A couple of weeks ago, we posted about the furor that had broken out in the American northwest, as fans of the Portland Timbers — known collectively as the Timbers Army, and represented formally by the 107ist independent supporters’ trust — threw up their arms in horror at the logo unveiled for the 2011 MLS Portland Timbers expansion team.

And quite rightly. The new look was cartoonish, with unnecessary bonus wings. It supposedly paid homage to the club’s on-and-off history stretching back to 1974, but in reality did it a disservice with such poor treatment. The failure of the front office to get enough fan input before the unveiling was a real disappointment when they have consistently used the club’s history in their marketing of the club. Here’s a reminder of the new logo’s look:

Portland Timbers new MLS logo

The Timbers Army, or rather the 107ist, took a sensible approach to dealing with what threatened to turn very ugly (after an initial awkward public encounter between owner Merritt Paulson and hardcore Timbers Army fans following the public unveiling). They met with the front office, and came up with modified designs that better matched the traditional look. As another reminder, here is Portland’s current crest:

Portland Timbers original logo

To their credit, Portland’s front office and ownership listened. Here’s the club’s release on the changes:

“The MLS stable of marks holds true to our root elements while evolving to communicate our historic elevation to MLS,” said Merritt Paulson, president of the Timbers. “We welcomed fan input in the process and feel the final result appropriately honors our traditions and represents the magnitude of the organization’s step to the highest level of soccer in North America.”

Elements of the identity system included both direct fan design and input. The ligature was selected from several submissions from talented local designers who are members of the team’s supporters group – the Timbers Army. The secondary crest is a direct take-down of the primary crest, which has been altered slightly to reduce shading in the axe.

And here are the new logos and the “ligature” (yeah, I had to Google that one).

Portland Timbers MLS logos

The changes don’t look radical at first glance. But it is notable that the primary and secondary logos have also been adjusted, with the shading from the axe removed to make it less cartoonish. Let’s compare:

Portland Timbers logos MLS

I still think some of the elements of the new primary crest are overdone, but while subtle, the Timbers organisation has clearly seriously listened to fan input: it would be easy to make fun of merely removing the shading on the axe, but it matters they have in terms of it better representing the club’s past identity. And the secondary logo is close to being a classic. I’m not really sure what the “ligature” is all about — but it’s nice they took a fan submission and made it part of their look.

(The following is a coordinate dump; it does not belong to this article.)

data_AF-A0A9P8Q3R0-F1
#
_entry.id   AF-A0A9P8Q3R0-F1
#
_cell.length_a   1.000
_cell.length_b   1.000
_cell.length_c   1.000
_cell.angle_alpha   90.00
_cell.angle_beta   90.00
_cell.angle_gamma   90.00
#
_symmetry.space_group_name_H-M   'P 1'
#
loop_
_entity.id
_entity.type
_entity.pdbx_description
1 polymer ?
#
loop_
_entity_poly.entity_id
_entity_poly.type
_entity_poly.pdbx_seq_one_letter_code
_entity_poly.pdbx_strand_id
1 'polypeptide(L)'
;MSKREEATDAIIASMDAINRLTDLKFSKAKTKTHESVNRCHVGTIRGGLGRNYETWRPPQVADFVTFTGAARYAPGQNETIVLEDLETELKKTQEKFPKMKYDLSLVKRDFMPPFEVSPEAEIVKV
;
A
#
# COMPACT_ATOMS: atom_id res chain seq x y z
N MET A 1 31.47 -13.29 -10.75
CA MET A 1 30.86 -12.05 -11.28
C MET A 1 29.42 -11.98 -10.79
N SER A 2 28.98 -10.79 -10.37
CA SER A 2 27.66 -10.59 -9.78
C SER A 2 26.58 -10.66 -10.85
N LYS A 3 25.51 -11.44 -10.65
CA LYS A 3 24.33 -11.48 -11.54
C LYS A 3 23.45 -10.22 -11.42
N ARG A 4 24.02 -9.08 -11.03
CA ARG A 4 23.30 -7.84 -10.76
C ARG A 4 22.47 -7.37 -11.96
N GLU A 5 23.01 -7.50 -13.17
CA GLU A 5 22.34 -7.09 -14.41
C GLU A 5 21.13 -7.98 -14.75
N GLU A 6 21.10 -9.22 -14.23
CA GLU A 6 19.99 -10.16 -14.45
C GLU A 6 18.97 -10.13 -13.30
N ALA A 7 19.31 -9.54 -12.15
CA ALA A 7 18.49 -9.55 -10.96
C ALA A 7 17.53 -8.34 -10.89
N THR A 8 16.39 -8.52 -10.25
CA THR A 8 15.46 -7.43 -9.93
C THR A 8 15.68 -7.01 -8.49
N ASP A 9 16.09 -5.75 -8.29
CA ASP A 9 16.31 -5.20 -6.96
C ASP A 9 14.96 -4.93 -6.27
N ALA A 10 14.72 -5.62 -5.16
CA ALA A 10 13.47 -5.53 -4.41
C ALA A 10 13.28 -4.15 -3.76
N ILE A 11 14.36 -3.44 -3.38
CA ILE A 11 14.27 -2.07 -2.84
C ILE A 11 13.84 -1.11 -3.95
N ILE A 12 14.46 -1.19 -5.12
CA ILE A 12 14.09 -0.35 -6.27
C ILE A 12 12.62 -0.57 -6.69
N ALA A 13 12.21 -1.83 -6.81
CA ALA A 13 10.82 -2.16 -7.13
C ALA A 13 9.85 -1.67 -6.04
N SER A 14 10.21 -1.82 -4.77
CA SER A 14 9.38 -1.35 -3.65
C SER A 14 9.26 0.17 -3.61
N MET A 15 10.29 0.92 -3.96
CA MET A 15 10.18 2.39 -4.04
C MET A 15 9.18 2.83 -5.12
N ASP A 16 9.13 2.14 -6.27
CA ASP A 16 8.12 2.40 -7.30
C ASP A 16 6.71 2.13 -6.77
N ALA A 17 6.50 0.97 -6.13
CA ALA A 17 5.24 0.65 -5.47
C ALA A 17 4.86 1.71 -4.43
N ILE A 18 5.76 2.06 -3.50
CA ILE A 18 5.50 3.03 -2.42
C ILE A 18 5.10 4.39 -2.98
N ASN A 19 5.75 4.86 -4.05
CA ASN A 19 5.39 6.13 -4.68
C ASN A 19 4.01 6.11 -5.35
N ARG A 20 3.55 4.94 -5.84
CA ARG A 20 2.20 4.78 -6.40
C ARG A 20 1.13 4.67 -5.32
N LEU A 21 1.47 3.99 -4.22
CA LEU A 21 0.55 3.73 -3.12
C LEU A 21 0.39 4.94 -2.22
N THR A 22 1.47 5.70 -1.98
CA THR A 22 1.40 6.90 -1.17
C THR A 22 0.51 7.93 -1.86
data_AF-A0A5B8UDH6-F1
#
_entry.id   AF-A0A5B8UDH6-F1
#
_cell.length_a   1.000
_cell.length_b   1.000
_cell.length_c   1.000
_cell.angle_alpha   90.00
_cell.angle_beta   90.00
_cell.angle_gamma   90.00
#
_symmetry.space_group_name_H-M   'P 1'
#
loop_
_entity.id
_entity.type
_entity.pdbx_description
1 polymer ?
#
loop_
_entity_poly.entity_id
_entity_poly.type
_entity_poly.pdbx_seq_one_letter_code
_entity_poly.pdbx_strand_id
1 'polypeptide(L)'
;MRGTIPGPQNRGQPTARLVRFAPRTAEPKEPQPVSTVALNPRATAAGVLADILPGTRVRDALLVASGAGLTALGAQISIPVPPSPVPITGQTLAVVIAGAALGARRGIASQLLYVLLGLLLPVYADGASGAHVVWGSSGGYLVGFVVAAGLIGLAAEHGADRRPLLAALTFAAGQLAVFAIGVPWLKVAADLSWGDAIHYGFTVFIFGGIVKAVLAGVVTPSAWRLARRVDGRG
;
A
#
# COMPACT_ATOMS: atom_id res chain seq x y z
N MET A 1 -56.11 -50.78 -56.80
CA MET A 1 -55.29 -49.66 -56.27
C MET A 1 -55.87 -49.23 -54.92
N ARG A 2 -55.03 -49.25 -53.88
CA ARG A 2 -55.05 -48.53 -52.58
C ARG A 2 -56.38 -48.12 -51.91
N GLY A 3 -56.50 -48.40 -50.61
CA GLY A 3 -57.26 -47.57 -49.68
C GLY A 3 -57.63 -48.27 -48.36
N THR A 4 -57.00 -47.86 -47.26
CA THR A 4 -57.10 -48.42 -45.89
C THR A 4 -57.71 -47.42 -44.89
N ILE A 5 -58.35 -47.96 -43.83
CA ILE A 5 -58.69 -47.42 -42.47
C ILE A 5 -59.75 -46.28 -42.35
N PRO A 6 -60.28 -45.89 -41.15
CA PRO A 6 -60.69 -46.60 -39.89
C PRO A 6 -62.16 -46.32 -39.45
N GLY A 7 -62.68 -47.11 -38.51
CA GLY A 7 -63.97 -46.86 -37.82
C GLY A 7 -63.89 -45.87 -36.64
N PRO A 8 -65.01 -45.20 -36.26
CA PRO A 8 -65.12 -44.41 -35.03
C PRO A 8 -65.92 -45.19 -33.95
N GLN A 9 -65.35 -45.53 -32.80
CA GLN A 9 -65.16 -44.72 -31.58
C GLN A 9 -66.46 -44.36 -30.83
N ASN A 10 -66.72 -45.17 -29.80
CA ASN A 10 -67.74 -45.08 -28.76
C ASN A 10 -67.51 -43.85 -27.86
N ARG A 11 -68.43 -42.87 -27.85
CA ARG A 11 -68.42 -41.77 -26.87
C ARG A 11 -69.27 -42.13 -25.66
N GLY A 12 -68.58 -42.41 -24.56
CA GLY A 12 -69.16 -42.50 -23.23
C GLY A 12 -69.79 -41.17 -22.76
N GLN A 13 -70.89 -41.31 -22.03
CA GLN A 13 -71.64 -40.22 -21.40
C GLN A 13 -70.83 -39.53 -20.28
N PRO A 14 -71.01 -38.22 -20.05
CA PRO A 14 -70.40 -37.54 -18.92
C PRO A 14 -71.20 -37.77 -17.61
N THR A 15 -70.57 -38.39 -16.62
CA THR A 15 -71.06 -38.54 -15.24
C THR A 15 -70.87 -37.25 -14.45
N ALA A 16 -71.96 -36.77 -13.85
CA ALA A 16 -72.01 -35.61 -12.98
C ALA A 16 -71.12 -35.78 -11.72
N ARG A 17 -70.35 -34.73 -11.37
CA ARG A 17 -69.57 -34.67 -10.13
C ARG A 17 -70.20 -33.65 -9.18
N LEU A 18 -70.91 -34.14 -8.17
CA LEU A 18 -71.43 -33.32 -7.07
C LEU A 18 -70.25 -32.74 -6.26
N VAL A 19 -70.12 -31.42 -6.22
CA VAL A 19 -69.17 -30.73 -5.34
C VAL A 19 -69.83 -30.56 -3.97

Credit to the Timbers and the 107ist for getting together sensibly and getting this done. It’s an important demonstration of how fans and front offices can work together, compromise and come up with something better for the club as a whole.

Comparison images courtesy of Calimero JackAcid on the TA messageboard.

Portland Timbers’ New Logo: Fail

The old:

The new:

New Portland Timbers logo

The reaction:

The Portland Timbers’ supporters are not happy with that new logo the Timbers organisation has developed for the Major League Soccer expansion Timbers team, to start play in MLS next season. The MLS version of the club has based its entire marketing campaign and, indeed, owes its existence to the current Portland Timbers team’s identity, the lower division side that has been playing since 2001.

“You can’t fake this,” screams the Timbers’ MLS site, a not-so-subtle nod to the Timbers’ fans well-known antipathy to the Seattle Sounders marketing machine a little further north. Many supporters in the Timbers Army supporters’ group seem to view the new logo as a plastic imposition on Portland’s soccer tradition that the MLS team was supposed to be building on.

The 74 page thread that has grown in the couple of days since the announcement on the Timbers Army messageboard is full of vitriol about the logo’s cartoonish look and fighter plane styling. As is de rigueur these days, a Facebook group has been set-up to protest. The Timbers Army are not going to let this go easily.

The current logo has its roots in the crest of the first version of the Portland Timbers, the NASL side that existed from 1975 to 1982. The new one was developed by a marketing company called Rare Design, whose portfolio is remarkably extensive in its number of mediocre American sports team logo designs. Yes, the Timbers’ MLS logo incorporates a number of elements of the club’s traditional crest, but only in a manner that suggests mere lip service is being paid to that beloved identity.

Portland’s supporters, “organised” in the Timbers Army with the simple credo that you are Timbers Army if you want to be Timbers Army, have built their remarkable culture around that identity and the history of the club in Portland. It’s been a messy history, but it’s one that has been tied to that logo off and on since the 1970s, an age in American soccer.